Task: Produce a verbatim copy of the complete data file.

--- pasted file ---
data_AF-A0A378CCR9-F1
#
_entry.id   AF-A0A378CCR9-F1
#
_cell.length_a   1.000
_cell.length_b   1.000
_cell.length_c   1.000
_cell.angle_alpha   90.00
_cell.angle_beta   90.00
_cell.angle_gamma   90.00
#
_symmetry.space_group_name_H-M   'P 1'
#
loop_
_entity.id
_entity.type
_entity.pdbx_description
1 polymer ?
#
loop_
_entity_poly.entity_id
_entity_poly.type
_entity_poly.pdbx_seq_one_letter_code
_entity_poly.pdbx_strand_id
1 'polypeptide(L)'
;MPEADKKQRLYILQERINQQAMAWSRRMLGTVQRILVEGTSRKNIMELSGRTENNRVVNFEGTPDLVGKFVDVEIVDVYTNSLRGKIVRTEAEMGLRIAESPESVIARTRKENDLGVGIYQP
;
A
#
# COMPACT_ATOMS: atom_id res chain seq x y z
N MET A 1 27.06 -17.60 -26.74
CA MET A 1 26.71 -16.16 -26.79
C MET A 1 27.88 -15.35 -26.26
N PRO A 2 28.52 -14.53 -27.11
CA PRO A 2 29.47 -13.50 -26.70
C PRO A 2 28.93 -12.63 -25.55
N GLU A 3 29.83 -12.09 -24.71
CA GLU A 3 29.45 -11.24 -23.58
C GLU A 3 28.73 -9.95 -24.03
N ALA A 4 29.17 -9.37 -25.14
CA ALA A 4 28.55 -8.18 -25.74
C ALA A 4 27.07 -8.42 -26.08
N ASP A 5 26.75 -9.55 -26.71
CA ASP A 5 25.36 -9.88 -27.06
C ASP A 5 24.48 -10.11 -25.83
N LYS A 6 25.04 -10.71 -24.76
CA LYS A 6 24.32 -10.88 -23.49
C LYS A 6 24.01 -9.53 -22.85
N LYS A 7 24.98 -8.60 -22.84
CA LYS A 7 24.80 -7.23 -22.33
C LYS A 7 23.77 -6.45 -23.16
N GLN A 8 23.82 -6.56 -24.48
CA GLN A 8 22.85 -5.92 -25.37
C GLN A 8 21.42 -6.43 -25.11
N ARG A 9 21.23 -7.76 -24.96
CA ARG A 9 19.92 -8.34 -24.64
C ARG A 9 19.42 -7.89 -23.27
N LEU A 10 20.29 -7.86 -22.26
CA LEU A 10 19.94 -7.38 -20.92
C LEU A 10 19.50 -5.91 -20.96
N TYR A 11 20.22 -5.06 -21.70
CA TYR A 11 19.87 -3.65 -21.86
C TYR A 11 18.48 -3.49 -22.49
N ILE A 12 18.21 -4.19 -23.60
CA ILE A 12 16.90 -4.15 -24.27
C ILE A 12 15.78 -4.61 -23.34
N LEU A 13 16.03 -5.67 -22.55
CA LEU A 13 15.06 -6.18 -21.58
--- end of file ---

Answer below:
data_AF-A0A378CCR9-F1
#
_entry.id   AF-A0A378CCR9-F1
#
_cell.length_a   1.000
_cell.length_b   1.000
_cell.length_c   1.000
_cell.angle_alpha   90.00
_cell.angle_beta   90.00
_cell.angle_gamma   90.00
#
_symmetry.space_group_name_H-M   'P 1'
#
loop_
_entity.id
_entity.type
_entity.pdbx_description
1 polymer ?
#
loop_
_entity_poly.entity_id
_entity_poly.type
_entity_poly.pdbx_seq_one_letter_code
_entity_poly.pdbx_strand_id
1 'polypeptide(L)'
;MPEADKKQRLYILQERINQQAMAWSRRMLGTVQRILVEGTSRKNIMELSGRTENNRVVNFEGTPDLVGKFVDVEIVDVYTNSLRGKIVRTEAEMGLRIAESPESVIARTRKENDLGVGIYQP
;
A
#
# COMPACT_ATOMS: atom_id res chain seq x y z
N MET A 1 27.06 -17.60 -26.74
CA MET A 1 26.71 -16.16 -26.79
C MET A 1 27.88 -15.35 -26.26
N PRO A 2 28.52 -14.53 -27.11
CA PRO A 2 29.47 -13.50 -26.70
C PRO A 2 28.93 -12.63 -25.55
N GLU A 3 29.83 -12.09 -24.71
CA GLU A 3 29.45 -11.24 -23.58
C GLU A 3 28.73 -9.95 -24.03
N ALA A 4 29.17 -9.37 -25.14
CA ALA A 4 28.55 -8.18 -25.74
C ALA A 4 27.07 -8.42 -26.08
N ASP A 5 26.75 -9.55 -26.71
CA ASP A 5 25.36 -9.88 -27.06
C ASP A 5 24.48 -10.11 -25.83
N LYS A 6 25.04 -10.71 -24.76
CA LYS A 6 24.32 -10.88 -23.49
C LYS A 6 24.01 -9.53 -22.85
N LYS A 7 24.98 -8.60 -22.84
CA LYS A 7 24.80 -7.23 -22.33
C LYS A 7 23.77 -6.45 -23.16
N GLN A 8 23.82 -6.56 -24.48
CA GLN A 8 22.85 -5.92 -25.37
C GLN A 8 21.42 -6.43 -25.11
N ARG A 9 21.23 -7.76 -24.96
CA ARG A 9 19.92 -8.34 -24.64
C ARG A 9 19.42 -7.89 -23.27
N LEU A 10 20.29 -7.86 -22.26
CA LEU A 10 19.94 -7.38 -20.92
C LEU A 10 19.50 -5.91 -20.96
N TYR A 11 20.22 -5.06 -21.70
CA TYR A 11 19.87 -3.65 -21.86
C TYR A 11 18.48 -3.49 -22.49
N ILE A 12 18.21 -4.19 -23.60
CA ILE A 12 16.90 -4.15 -24.27
C ILE A 12 15.78 -4.61 -23.34
N LEU A 13 16.03 -5.67 -22.55
CA LEU A 13 15.06 -6.18 -21.58